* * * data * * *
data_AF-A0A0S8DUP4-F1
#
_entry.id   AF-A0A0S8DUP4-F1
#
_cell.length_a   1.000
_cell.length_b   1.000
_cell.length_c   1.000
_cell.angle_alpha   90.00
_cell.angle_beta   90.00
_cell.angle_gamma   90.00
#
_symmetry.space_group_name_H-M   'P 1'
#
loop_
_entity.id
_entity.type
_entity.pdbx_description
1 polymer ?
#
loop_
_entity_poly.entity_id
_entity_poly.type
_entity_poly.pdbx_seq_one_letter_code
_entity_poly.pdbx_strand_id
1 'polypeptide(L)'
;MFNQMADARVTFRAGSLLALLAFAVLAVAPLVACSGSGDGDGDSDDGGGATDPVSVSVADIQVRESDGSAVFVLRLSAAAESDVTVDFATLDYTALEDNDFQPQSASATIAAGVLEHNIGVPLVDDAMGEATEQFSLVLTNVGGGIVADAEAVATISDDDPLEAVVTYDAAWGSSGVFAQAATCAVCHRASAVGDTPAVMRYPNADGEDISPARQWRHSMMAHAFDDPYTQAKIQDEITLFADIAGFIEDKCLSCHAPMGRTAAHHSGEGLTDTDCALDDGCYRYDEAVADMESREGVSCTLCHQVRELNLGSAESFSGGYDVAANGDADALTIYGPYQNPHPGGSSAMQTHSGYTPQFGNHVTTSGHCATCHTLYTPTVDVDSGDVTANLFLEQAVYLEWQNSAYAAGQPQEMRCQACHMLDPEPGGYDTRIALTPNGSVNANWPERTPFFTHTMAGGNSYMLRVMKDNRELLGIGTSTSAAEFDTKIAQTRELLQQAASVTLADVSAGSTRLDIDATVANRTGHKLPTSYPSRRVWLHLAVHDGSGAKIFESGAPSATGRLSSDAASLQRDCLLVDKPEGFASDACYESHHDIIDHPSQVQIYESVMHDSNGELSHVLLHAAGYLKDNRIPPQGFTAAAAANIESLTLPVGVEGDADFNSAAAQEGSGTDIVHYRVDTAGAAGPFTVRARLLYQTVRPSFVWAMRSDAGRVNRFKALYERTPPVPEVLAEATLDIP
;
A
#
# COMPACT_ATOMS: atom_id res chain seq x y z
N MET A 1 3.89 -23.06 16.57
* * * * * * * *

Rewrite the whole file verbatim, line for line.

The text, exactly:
data_AF-A0A0S8DUP4-F1
#
_entry.id   AF-A0A0S8DUP4-F1
#
_cell.length_a   1.000
_cell.length_b   1.000
_cell.length_c   1.000
_cell.angle_alpha   90.00
_cell.angle_beta   90.00
_cell.angle_gamma   90.00
#
_symmetry.space_group_name_H-M   'P 1'
#
loop_
_entity.id
_entity.type
_entity.pdbx_description
1 polymer ?
#
loop_
_entity_poly.entity_id
_entity_poly.type
_entity_poly.pdbx_seq_one_letter_code
_entity_poly.pdbx_strand_id
1 'polypeptide(L)'
;MFNQMADARVTFRAGSLLALLAFAVLAVAPLVACSGSGDGDGDSDDGGGATDPVSVSVADIQVRESDGSAVFVLRLSAAAESDVTVDFATLDYTALEDNDFQPQSASATIAAGVLEHNIGVPLVDDAMGEATEQFSLVLTNVGGGIVADAEAVATISDDDPLEAVVTYDAAWGSSGVFAQAATCAVCHRASAVGDTPAVMRYPNADGEDISPARQWRHSMMAHAFDDPYTQAKIQDEITLFADIAGFIEDKCLSCHAPMGRTAAHHSGEGLTDTDCALDDGCYRYDEAVADMESREGVSCTLCHQVRELNLGSAESFSGGYDVAANGDADALTIYGPYQNPHPGGSSAMQTHSGYTPQFGNHVTTSGHCATCHTLYTPTVDVDSGDVTANLFLEQAVYLEWQNSAYAAGQPQEMRCQACHMLDPEPGGYDTRIALTPNGSVNANWPERTPFFTHTMAGGNSYMLRVMKDNRELLGIGTSTSAAEFDTKIAQTRELLQQAASVTLADVSAGSTRLDIDATVANRTGHKLPTSYPSRRVWLHLAVHDGSGAKIFESGAPSATGRLSSDAASLQRDCLLVDKPEGFASDACYESHHDIIDHPSQVQIYESVMHDSNGELSHVLLHAAGYLKDNRIPPQGFTAAAAANIESLTLPVGVEGDADFNSAAAQEGSGTDIVHYRVDTAGAAGPFTVRARLLYQTVRPSFVWAMRSDAGRVNRFKALYERTPPVPEVLAEATLDIP
;
A
#
# COMPACT_ATOMS: atom_id res chain seq x y z
N MET A 1 3.89 -23.06 16.57